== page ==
I had the pleasure of reviewing Rick Shaffer’s second solo album titled ‘Hidden Charms’ back in 2011 for Skope and I knew then that Rick had a special quality about him. His latest release and now 5th solo effort, ‘Misadventure’, proves that Shaffer’s ‘Hidden Charms’ are revealed once and for all by way of his adventurous sound. Sticking with many of the same elements as ‘Hidden Charms’, Rick is hoping that ‘Misadventure’ will climb its way to the top.
Just as before, one will hear that raw, edgy garage rock/garage blues appeal to go along with that vintage 60’s rock ‘n’ roll vibe. With a heavy focus on the likes of Link Wray and the early Rolling Stones material, Shaffer and his fellow musicians are taking you back to the early days but with an original twist. The album is written and produced by Rick Shaffer as he is also responsible for the vocals, guitars, bass, fuzz bass, harmonica and percussion. Additional players on the record include: Les Chisholm, Del Robinson and Anna Burne on drums and percussion along with Boo Boo Spencer on bass drum, spoons and percussion, and Teddy “Boy” Rixon on additional bass. Together they have created something I would like to call Rocky Mountain Blues where Rock & Blues collide to give you one vast and explosive sound.
The new album starts off with a bang on “Fooling Me” with a rockin’ groove and beat to go along with Rick’s unique vocals that appear out-of-whack with the music at first but it gradually works itself out as the song rolls along. You’re definitely getting that stripped down, garage band vibe all the way with even a bit of some punk rock influence from Rick’s vocal delivery on track 2 “Some Say.” As the record spins away Rick is channeling early Stones and Mick Jagger to the point where it’s actually uncanny at times. I had to stop myself at moments thinking “wait a minute, that’s not Mick Jagger, or is it? And if so, where is he and what have you done with Rick Shaffer!” All jokes aside, it really is amazing how Rick was able to tap into his inner Mick with the “Jagger-isms” in full force! On song 11, “Gone Gone Gone,” get ready to go south for some swampy, rocky blues where Shaffer and company are not holding back anything. There are also some excellent guitar riffs and hooks throughout this album along with some fine harmonica playing.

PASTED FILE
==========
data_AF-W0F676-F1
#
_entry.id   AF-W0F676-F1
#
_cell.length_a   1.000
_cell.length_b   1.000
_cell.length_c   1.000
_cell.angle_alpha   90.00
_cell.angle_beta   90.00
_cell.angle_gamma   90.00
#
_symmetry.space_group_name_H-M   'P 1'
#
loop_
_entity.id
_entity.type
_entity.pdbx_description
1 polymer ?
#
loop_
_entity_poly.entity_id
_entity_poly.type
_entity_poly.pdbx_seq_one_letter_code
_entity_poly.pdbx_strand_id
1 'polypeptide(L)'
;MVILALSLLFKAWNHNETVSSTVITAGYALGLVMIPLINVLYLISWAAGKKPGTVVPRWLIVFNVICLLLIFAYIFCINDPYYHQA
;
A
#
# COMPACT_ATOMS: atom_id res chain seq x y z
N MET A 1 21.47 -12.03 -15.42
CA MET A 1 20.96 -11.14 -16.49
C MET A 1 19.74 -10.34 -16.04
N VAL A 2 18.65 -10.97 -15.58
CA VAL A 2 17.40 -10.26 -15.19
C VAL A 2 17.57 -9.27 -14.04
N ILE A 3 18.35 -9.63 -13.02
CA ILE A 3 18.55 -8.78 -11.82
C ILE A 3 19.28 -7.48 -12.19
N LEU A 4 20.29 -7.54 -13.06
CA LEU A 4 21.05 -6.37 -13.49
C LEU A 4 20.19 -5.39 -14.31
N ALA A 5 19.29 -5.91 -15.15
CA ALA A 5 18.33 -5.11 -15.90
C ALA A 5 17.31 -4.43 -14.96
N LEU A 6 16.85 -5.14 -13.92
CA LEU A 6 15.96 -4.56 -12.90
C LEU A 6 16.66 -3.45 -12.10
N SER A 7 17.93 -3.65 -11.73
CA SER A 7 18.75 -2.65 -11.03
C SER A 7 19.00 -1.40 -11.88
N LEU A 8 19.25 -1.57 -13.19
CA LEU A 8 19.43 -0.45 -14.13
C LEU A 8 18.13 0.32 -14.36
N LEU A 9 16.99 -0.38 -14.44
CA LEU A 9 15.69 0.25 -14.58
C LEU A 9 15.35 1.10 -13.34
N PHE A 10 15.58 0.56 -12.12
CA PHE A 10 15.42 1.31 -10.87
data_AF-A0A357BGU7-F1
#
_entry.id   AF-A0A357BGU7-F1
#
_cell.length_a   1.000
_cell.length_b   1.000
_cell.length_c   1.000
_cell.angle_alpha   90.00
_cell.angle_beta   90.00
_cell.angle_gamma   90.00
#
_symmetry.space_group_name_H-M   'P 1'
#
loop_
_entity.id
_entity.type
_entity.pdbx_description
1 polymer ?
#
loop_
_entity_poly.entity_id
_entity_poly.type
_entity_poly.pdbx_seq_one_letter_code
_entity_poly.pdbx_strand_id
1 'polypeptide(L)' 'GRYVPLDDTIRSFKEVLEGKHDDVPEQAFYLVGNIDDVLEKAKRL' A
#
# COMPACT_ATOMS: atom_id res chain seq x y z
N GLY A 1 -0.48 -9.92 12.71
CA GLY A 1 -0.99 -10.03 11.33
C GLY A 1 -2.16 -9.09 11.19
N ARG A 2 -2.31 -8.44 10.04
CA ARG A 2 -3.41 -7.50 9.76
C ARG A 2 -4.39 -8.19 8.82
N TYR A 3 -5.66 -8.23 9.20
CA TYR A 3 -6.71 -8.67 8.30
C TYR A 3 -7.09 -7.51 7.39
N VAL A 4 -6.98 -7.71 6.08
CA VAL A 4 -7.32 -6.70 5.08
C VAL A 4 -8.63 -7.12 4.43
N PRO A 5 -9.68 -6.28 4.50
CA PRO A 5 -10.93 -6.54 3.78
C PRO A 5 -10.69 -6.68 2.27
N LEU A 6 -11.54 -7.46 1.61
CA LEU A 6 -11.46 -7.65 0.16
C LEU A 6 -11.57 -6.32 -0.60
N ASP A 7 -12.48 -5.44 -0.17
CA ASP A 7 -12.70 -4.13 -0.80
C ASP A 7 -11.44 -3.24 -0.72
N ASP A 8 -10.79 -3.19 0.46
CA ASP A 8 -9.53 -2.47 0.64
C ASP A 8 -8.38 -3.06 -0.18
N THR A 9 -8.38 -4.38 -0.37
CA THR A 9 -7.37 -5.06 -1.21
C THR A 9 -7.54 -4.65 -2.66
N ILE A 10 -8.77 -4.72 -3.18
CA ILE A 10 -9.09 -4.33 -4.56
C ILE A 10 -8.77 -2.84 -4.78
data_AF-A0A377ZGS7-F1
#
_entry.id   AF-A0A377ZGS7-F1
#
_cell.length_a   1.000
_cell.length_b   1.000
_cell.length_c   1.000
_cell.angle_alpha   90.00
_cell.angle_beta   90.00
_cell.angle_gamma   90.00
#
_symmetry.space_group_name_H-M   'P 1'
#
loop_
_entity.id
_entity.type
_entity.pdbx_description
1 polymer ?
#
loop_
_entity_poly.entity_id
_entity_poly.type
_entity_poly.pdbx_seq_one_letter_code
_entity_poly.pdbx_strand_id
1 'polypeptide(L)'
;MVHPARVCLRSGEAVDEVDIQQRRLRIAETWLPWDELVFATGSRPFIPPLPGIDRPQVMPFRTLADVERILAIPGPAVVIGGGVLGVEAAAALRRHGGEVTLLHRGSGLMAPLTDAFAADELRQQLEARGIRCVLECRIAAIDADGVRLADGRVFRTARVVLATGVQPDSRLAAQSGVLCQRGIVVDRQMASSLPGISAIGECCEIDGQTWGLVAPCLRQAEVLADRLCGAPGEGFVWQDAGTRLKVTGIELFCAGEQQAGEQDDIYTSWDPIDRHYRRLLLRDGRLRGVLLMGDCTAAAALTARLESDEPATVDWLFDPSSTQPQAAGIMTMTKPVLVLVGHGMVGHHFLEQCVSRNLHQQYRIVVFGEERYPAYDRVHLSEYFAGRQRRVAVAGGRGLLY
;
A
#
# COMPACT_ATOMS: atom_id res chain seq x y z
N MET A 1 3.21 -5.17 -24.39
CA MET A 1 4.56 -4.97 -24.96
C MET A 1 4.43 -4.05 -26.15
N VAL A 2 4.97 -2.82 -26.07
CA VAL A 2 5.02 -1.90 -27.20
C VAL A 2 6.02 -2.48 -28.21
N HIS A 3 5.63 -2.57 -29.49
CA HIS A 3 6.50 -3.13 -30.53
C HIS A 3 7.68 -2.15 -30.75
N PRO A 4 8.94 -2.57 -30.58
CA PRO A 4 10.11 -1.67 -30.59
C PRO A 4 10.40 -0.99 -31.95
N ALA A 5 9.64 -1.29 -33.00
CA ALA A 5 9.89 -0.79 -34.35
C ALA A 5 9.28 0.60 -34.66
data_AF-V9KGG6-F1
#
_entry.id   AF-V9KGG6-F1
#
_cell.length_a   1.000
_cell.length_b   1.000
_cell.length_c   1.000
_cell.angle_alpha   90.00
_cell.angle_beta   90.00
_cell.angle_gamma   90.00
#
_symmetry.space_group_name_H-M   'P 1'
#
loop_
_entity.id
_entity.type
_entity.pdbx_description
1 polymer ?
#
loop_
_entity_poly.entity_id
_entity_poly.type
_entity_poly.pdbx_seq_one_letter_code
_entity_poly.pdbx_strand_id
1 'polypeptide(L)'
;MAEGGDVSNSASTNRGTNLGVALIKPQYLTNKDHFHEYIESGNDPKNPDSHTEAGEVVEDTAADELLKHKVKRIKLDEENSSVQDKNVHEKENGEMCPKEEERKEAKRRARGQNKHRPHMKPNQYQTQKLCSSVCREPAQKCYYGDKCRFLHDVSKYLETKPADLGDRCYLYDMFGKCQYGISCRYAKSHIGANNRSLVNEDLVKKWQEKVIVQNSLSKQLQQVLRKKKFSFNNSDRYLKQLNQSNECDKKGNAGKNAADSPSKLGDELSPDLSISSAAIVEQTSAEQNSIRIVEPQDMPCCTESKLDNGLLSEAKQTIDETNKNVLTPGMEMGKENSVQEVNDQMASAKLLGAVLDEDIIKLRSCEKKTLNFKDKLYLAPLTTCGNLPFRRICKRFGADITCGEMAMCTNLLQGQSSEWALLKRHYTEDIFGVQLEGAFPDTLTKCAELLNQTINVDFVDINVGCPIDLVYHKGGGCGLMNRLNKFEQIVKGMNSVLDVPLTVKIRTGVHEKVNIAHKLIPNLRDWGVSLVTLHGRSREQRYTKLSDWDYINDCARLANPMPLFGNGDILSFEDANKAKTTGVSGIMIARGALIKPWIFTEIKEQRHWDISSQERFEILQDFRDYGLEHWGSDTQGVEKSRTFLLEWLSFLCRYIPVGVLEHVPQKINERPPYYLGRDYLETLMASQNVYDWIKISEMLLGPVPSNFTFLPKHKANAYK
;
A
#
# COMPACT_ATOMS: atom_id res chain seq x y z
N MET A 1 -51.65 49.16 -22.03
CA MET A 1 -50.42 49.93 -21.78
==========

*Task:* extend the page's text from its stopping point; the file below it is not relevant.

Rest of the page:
My only advice as I said earlier is to not replicate the original artist too closely because that could get you in trouble and also take away from the overall originality and tone of the recording. Other than that I simply love what Rick has done here on ‘Misadventure’ with his take on classic rock and blues. It’s daring … it’s bold … it’s Rick Shaffer crashing the mainstream music party with open arms! In the words of the great Ricky Nelson and The Allman Brothers, what can I say other than Rick Shaffer is a “Ramblin’, “Travelin’ Man” moving from here to there with no boundaries in place and plenty to say. A train’s a comin’ and Rick Shaffer’s hoppin’ aboard while chuggin’ along with some good, old-fashioned Rocky Mountain Blues.
∎ Jimmy Rae | SCOPE (firstname.lastname@example.org) Rating: 4 (out of 5)